Aaron Ball, professor of engineering and technology, was honored with the 2009 Outstanding Teaching Award from the Southeastern section of the American Society for Engineering Education.
An exhibition of gelatin silver photographs chronicling the early days of rock ‘n’ roll music that debuted at Western Carolina University’s Fine Art Museum was recently named best cultural exhibition by Northern Ohio Live during its 2009 Awards of Achievement celebration in Cleveland.
The spring 2009 issue of Appalachian Heritage, the literary magazine of Berea College in Kentucky, features work by three WCU faculty members.
Carol Burton, associate vice chancellor for undergraduate studies; Beth Tyson Lofquist, associate provost; and Anna McFadden, director of Coulter Faculty Center, presented “Connecting the Dots with Community Engagement: Teaching, Scholarship and Service” at a conference.
Jayne Zanglein, assistant professor of business law, and Anna Mackey, a business law student and candidate for graduation in May 2009, co-authored an article to be published in a LexisNexis “Emerging Issues Analysis” publication.
A reception for an exhibit of photographs by people with aphasia will be from 3 to 5 p.m. Sunday, June 7, at the University of North Carolina at Asheville’s Reuter Center.
The 2009 Annual Drinking Water Quality Report for Western Carolina University is available from the reports link on the Facilities Management Web site.
New requirements and courses designed to better prepare students majoring in communication for careers in the rapidly evolving industry will begin this fall at Western Carolina University.
History buffs, educators and appreciators of the region’s crafts tradition will celebrate the official launch of the Craft Revival Project online collection Friday and Saturday, May 22-23, at the Folk Art Center on the Blue Ridge Parkway.
Because of the impact of state budget cuts on the ability of North Carolina government agencies to print and mail publications, Western Carolina University is temporarily taking its quarterly magazine for alumni and friends into the online environment.
Rainy skies outside didn’t dampen the enthusiasm inside Western Carolina University’s Ramsey Regional Activity Center as the university held a pair of commencement ceremonies to honor a record-breaking spring class of approximately 1,150 graduating students, and another group of about 100 students who will complete requirements for their degrees later this summer.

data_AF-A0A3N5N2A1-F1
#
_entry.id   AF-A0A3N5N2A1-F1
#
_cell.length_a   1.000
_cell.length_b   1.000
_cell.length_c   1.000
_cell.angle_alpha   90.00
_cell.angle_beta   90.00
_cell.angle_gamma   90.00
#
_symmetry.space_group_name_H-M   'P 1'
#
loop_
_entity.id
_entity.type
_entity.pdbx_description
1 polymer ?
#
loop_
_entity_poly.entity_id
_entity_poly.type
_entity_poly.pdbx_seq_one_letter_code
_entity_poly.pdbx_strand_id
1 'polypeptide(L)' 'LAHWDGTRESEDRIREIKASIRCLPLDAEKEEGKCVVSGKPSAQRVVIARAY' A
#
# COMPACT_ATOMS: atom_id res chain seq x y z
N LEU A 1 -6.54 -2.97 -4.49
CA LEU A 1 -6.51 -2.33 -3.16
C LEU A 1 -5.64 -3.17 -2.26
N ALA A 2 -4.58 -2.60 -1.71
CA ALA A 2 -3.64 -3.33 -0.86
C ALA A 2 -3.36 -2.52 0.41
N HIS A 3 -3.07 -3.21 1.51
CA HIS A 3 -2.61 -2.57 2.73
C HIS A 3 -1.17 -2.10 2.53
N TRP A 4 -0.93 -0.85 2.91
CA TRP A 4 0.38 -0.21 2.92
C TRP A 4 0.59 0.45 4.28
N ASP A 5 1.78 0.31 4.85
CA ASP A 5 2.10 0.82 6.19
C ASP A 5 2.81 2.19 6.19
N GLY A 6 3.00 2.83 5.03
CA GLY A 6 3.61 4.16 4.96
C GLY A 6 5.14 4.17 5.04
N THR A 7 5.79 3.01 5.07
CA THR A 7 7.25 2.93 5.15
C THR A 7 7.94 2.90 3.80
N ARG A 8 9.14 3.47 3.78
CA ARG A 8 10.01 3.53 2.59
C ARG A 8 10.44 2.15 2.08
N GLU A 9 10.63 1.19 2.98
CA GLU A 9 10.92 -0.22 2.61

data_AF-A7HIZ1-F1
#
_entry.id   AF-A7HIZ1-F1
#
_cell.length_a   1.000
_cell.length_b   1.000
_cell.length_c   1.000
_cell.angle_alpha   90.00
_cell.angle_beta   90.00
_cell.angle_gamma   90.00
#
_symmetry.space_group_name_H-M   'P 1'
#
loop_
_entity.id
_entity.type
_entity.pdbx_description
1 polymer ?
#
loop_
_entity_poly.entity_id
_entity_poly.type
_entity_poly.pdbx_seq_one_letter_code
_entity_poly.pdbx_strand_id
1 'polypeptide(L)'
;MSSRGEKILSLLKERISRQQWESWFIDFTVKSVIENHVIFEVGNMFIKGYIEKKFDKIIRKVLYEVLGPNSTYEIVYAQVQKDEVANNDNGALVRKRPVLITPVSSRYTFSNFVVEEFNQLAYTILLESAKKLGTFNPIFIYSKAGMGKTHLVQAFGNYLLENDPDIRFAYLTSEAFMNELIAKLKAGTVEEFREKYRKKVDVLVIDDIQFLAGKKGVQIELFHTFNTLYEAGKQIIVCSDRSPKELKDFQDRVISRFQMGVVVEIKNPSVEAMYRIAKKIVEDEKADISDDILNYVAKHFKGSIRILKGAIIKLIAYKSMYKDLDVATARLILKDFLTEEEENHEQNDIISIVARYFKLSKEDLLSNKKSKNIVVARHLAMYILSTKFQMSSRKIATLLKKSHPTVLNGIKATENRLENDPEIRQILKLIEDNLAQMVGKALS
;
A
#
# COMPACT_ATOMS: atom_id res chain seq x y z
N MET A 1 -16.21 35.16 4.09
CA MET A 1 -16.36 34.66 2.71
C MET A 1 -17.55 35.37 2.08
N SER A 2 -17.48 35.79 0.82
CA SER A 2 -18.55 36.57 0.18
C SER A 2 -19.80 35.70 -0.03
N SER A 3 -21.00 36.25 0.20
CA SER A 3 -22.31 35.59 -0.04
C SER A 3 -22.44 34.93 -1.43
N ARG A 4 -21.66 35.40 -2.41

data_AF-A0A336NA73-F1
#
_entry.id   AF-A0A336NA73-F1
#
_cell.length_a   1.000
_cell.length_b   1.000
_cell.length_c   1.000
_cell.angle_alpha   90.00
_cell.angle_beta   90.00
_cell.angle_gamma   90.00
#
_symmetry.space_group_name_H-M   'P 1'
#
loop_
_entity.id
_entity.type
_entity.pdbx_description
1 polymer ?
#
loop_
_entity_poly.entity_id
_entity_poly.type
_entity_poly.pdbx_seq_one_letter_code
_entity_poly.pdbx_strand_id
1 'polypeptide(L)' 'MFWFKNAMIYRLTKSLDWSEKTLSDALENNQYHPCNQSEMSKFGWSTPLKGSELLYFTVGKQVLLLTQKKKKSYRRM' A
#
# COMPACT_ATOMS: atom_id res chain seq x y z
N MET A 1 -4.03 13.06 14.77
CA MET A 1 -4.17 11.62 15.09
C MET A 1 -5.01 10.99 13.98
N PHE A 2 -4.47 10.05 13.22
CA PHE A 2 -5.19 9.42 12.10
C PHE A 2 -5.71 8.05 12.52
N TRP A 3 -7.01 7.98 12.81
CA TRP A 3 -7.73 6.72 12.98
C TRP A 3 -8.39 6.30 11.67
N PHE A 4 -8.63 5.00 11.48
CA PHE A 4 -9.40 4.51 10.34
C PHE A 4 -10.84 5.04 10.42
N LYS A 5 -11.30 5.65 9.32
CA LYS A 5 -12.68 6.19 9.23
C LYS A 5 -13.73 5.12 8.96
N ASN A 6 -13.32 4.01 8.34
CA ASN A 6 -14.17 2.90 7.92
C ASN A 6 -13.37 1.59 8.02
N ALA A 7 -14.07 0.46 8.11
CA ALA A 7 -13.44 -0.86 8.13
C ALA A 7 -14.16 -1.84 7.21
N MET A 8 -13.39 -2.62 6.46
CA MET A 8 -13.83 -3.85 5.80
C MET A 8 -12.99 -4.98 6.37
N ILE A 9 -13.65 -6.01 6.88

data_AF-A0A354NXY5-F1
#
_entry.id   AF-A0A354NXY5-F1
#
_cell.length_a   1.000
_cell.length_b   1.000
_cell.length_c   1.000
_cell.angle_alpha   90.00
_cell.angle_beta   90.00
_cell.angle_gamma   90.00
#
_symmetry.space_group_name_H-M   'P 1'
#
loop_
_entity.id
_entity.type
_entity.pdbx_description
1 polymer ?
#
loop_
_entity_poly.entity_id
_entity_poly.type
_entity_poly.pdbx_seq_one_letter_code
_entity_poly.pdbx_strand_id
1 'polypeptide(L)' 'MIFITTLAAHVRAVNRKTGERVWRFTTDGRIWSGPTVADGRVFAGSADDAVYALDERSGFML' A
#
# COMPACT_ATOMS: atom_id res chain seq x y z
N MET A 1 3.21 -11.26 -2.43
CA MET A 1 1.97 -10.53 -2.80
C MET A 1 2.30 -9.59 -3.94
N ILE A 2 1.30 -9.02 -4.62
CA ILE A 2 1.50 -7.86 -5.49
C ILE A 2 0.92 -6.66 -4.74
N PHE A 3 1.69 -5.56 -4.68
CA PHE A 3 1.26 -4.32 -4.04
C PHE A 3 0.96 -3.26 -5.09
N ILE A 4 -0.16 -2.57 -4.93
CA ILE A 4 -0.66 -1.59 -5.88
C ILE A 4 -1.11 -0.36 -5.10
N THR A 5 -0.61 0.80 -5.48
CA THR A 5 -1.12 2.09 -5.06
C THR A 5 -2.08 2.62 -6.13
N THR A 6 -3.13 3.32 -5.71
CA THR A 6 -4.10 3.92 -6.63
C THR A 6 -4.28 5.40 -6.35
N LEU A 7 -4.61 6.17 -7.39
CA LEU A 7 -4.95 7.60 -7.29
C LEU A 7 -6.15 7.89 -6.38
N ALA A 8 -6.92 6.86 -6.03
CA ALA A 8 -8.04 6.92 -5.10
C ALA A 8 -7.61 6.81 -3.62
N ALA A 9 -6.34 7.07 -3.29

Student volunteers started gathering donated bicycles, repairing them and painting them yellow in anticipation of distributing them across campus this fall for all students, faculty and staff to use.
The second annual Bike to Work Day in Sylva will be held on Friday, May 15, and WCU employees are invited to meet for a casual group ride to campus. “I have never ridden my bike to work, but on the 15th I’m going to,” said Karrie Joseph.
Amber Jones practiced her Spanish, which she was studying in a WCU course, and spoke in English as she helped a Cullowhee Valley School first-grader from a Spanish-speaking family with her reading and writing skills. “She was so happy someone had taken an interest in her language and wasn’t battling for someone to understand what she had to say,” said Jones.
A delegation of Russian regional governmental officials and agricultural business executives visited Western Carolina University on Monday, May 4, to explore potential partnership and exchange opportunities with the university.
Hunter Library will host “Get Ready for … A Summer of Productive Research” on Wednesday, May 13, at the library.
The Western Carolina University School of Music faculty reached into their pockets to the tune of $3,200 for the School of Music Faculty Scholarship Fund.
Spring commencement ceremonies will be held Friday, May 8, and Saturday, May 9, at the Ramsey Regional Activity Center to accommodate the largest graduating class in university history.
Western Carolina University’s Relay For Life, an awareness and fundraising event for the American Cancer Society, drew more than 350 participants April 24 and met the $25,000 fundraising goal, said student organizer Brittany Phillips.
A poem by professor Catherine Carter will enjoy a new life as a musical creation on the London stage this summer.